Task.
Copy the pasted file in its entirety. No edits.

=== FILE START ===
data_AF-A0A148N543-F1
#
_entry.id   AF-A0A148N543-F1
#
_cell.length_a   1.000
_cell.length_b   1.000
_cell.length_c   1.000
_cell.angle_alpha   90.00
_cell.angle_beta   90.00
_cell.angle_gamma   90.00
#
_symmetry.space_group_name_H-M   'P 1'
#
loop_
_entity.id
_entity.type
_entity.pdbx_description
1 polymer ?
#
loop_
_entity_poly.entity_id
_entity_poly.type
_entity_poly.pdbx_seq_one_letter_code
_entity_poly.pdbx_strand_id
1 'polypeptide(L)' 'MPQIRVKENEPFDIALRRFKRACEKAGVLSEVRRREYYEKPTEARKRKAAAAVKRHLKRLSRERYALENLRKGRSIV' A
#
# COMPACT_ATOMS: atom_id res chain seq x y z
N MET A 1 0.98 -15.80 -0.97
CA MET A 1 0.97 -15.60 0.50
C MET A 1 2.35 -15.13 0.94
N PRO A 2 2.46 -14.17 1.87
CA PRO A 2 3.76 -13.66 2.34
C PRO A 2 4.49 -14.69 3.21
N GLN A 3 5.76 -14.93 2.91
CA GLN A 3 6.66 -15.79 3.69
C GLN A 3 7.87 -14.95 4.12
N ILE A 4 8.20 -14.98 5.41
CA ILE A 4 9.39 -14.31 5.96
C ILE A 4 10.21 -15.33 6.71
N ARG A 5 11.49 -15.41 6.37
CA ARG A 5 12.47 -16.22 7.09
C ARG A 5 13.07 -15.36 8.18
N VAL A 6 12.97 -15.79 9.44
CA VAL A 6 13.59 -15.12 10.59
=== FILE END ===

data_AF-A0A148N543-F1
#
_entry.id   AF-A0A148N543-F1
#
_cell.length_a   1.000
_cell.length_b   1.000
_cell.length_c   1.000
_cell.angle_alpha   90.00
_cell.angle_beta   90.00
_cell.angle_gamma   90.00
#
_symmetry.space_group_name_H-M   'P 1'
#
loop_
_entity.id
_entity.type
_entity.pdbx_description
1 polymer ?
#
loop_
_entity_poly.entity_id
_entity_poly.type
_entity_poly.pdbx_seq_one_letter_code
_entity_poly.pdbx_strand_id
1 'polypeptide(L)' 'MPQIRVKENEPFDIALRRFKRACEKAGVLSEVRRREYYEKPTEARKRKAAAAVKRHLKRLSRERYALENLRKGRSIV' A
#
# COMPACT_ATOMS: atom_id res chain seq x y z
N MET A 1 0.98 -15.80 -0.97
CA MET A 1 0.97 -15.60 0.50
C MET A 1 2.35 -15.13 0.94
N PRO A 2 2.46 -14.17 1.87
CA PRO A 2 3.76 -13.66 2.34
C PRO A 2 4.49 -14.69 3.21
N GLN A 3 5.76 -14.93 2.91
CA GLN A 3 6.66 -15.79 3.69
C GLN A 3 7.87 -14.95 4.12
N ILE A 4 8.20 -14.98 5.41
CA ILE A 4 9.39 -14.31 5.96
C ILE A 4 10.21 -15.33 6.71
N ARG A 5 11.49 -15.41 6.37
CA ARG A 5 12.47 -16.22 7.09
C ARG A 5 13.07 -15.36 8.18
N VAL A 6 12.97 -15.79 9.44
CA VAL A 6 13.59 -15.12 10.59